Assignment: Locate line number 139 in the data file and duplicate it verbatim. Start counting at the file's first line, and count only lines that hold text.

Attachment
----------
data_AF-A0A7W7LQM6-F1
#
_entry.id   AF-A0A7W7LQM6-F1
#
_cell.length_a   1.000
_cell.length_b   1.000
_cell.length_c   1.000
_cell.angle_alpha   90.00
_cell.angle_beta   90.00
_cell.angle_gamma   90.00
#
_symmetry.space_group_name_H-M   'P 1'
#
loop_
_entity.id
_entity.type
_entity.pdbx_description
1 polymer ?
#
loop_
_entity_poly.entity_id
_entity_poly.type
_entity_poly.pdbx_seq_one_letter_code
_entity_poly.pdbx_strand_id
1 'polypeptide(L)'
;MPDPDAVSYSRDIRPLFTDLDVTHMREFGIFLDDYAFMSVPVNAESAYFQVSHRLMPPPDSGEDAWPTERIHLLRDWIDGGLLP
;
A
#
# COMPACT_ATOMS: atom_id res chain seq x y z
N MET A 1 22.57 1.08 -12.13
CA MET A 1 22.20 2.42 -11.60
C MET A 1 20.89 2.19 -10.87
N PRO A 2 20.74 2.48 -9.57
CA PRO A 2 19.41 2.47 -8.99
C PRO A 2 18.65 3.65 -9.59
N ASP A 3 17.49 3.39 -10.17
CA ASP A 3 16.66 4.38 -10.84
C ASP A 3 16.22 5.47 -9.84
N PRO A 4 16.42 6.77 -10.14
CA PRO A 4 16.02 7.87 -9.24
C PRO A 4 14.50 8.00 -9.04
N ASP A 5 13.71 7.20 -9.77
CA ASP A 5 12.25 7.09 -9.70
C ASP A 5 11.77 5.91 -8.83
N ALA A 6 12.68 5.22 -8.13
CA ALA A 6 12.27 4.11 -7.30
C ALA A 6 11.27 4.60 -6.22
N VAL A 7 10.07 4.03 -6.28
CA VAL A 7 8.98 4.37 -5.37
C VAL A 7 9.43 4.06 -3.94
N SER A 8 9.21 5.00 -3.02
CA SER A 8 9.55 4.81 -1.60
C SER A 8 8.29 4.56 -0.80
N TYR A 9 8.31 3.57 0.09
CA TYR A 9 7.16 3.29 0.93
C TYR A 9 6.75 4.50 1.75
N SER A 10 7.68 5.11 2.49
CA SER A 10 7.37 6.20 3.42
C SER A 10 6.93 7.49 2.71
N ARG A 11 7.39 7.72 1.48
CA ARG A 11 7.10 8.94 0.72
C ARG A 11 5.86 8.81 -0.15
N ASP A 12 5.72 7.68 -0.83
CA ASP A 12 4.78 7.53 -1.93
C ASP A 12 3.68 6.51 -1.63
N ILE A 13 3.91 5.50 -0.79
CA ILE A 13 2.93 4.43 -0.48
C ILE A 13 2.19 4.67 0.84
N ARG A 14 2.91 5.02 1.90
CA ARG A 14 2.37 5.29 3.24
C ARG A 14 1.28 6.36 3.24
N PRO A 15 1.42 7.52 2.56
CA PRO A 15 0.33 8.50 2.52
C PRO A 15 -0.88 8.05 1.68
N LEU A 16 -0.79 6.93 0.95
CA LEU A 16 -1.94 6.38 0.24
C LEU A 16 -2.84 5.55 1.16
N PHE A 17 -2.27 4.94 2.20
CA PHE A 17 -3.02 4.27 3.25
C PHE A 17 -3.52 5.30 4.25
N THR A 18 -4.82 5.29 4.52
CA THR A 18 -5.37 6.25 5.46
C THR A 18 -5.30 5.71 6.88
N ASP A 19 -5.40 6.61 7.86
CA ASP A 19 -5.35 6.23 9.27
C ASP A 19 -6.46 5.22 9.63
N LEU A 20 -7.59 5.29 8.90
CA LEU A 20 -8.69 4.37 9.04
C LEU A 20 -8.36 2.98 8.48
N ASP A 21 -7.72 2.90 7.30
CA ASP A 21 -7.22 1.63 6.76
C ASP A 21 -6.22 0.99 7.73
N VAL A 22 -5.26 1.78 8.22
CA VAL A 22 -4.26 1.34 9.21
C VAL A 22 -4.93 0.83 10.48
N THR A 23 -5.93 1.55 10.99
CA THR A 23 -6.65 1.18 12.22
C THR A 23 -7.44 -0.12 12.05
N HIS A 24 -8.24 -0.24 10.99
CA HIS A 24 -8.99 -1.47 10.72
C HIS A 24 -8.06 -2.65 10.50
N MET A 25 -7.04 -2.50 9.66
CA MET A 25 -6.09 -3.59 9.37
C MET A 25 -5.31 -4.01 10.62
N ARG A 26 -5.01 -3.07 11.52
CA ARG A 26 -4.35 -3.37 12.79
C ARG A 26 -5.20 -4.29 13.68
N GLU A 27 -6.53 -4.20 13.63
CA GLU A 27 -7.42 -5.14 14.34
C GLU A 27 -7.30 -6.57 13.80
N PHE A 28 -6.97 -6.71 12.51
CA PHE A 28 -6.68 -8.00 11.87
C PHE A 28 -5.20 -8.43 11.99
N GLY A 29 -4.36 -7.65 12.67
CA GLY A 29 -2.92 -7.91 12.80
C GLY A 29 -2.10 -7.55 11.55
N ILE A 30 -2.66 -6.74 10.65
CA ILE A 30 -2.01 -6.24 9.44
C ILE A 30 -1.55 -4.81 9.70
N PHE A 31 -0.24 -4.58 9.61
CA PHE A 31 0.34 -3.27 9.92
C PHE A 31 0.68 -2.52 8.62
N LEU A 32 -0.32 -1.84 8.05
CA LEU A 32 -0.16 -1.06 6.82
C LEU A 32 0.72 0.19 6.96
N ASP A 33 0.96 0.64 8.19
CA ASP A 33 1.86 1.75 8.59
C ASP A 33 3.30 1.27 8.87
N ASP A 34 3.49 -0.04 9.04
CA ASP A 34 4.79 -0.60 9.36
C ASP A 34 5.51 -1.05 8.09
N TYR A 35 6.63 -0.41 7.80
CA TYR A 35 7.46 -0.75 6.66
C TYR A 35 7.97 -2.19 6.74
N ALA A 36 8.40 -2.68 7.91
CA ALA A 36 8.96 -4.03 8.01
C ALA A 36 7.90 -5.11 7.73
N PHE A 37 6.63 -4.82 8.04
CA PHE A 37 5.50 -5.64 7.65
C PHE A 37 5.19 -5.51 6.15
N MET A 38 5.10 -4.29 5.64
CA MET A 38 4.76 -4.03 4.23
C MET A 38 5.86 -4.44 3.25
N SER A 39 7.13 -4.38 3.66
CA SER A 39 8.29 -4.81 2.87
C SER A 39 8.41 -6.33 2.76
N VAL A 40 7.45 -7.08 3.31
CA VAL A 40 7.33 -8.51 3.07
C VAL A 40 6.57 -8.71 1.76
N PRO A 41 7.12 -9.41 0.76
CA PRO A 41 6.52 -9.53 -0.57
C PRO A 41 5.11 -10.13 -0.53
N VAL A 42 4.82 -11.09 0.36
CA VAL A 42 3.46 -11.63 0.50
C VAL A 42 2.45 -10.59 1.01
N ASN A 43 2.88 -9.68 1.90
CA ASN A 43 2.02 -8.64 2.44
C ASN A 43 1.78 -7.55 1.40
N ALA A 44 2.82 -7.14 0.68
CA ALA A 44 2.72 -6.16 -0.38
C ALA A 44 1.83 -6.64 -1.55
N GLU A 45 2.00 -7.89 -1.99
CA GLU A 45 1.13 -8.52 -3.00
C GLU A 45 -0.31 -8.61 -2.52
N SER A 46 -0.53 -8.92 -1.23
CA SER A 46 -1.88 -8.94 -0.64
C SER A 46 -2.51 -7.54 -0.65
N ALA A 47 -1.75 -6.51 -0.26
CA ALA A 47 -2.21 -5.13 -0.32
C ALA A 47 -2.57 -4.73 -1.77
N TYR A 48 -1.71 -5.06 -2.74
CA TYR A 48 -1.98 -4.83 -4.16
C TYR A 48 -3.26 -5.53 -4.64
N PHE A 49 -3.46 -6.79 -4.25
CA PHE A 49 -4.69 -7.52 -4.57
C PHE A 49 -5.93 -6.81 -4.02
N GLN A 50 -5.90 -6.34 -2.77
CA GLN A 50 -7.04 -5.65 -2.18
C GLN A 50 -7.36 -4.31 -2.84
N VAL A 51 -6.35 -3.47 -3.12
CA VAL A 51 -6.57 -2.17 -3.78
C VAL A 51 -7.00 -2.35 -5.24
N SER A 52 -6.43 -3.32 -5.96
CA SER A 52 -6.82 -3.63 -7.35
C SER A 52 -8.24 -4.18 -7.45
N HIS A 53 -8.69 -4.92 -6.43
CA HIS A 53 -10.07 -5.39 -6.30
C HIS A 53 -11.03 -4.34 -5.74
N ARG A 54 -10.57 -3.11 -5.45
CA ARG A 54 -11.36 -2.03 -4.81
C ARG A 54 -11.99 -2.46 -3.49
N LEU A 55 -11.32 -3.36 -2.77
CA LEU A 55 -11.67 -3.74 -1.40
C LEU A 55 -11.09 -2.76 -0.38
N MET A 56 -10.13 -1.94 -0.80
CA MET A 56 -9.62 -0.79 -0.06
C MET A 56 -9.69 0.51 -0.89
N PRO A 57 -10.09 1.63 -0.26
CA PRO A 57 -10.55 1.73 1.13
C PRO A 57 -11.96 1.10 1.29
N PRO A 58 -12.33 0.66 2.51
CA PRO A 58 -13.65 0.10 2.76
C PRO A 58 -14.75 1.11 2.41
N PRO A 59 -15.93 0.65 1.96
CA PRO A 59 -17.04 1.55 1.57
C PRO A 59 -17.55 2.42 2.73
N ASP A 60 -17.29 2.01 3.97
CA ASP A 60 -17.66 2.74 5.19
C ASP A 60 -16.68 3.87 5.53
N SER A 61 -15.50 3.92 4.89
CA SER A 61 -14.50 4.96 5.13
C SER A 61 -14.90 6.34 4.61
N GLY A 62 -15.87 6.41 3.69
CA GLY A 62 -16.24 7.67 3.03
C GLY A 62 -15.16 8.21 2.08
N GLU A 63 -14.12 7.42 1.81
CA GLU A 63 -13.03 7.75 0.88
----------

N PHE A 37 6.63 -4.82 8.04